IN THIS SECTION:
How about a transport plan?
19 October 2007
BOTH sides of politics have been slammed by the National Farmers’ Federation (NFF) for their scattergun approach to transport spending in this election campaign, saying the parties are targeting electorates at the expense of Australia’s national transport needs.
“Both parties need to stop and take account of what is actually needed,” NFF Vice-President Charles Burke said. “Efficient transport means an end to the madness of piecemeal electorate-based road funding, which fails to overhaul Australia’s integrated transport infrastructure – across our road, rail, air and sea systems.
“Big dollar funding announcements cannot be sensibly evaluated without consideration of how all the pieces fit together to produce a better, more efficient transport system. To-date, we have seen no such focus.
“Not just farmers, but all Australian enterprise, suffer from the often deplorable state of our national and regional transport networks – they are antiquated, frequently rundown and grossly inefficient.
“Upgrading our vital rail networks, particularly for non-bulk and containerised freight, is essential if we are to be globally competitive.
“Our inland transport systems need a substantial investment in local infrastructure, specifically the adoption and creation of freight hubs, while our shipping port capacity must expand if Australia hopes to meet increasing global market needs.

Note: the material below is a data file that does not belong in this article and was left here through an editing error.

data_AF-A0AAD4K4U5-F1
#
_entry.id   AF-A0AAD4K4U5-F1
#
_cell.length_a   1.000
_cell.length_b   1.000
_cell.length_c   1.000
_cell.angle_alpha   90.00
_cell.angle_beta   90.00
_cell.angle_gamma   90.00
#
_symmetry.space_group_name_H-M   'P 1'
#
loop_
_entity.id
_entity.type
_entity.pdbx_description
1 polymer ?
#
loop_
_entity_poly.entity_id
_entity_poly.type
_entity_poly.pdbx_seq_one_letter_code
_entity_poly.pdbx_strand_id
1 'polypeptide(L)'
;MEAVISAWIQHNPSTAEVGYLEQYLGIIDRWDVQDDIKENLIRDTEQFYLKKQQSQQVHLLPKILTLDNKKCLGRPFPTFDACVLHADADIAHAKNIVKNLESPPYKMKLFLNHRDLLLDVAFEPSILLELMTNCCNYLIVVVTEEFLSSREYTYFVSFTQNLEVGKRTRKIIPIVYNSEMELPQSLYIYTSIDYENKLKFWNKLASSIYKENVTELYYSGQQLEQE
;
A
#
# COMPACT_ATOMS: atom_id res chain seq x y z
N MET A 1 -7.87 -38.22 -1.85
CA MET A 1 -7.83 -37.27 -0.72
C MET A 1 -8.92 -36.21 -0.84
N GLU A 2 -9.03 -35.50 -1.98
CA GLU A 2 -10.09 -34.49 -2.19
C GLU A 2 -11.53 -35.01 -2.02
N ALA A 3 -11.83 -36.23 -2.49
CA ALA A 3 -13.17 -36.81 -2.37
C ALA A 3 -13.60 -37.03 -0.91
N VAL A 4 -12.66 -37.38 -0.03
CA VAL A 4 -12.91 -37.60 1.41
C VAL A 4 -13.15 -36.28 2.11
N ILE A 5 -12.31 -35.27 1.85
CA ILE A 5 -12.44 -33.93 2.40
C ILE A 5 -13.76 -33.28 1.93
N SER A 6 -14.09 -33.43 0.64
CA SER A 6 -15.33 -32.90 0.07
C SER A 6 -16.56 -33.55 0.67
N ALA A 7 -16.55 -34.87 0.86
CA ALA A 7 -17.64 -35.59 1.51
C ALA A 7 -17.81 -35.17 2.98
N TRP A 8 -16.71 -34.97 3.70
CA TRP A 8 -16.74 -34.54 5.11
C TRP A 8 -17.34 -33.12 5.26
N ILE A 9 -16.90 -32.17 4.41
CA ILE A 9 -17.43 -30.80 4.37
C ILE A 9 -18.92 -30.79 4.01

“Our political aspirants in this campaign should be left in no doubt about the absolute need to harness our ‘whole-of-chain’ production infrastructure, collective resources and systems, and interconnect them into an efficient delivery network.
“Nothing less will do. So far in this campaign the spending spree on transport has been piecemeal. There is an essential need for harmonisation between the different transport modes. Too often debate rages about preferences for road or rail, without acknowledgement that both play a vital role.
“Both modes of freight transport are critical in getting farmers’ produce to the domestic and international marketplaces, and neither can be neglected.
“It is vital that both road and rail deliver nation-building supply chain efficiencies. Successful outcomes for regional transport development depend on coordination between road and rail, and the various competing commodities utilising the infrastructure.
“The NFF asserts that Australia must break away from the existing fragmented system, where road and rail infrastructure decisions are made autonomously from one other. They must be linked and an investment in transport must be strategically focussed to boost economic performance, efficiency and prosperity.
“The NFF calls on both side of politics to outline their comprehensive transport policy, so we can make an informed judgment as to their respective merits in meeting the future transport task.”
Media Enquiries: Brett Heffernan on (02) 6273 3855 or 0408 448 250
NFF NATIONAL CONGRESS, 17-18 OCTOBER 2018
Talking 2030 Roundtables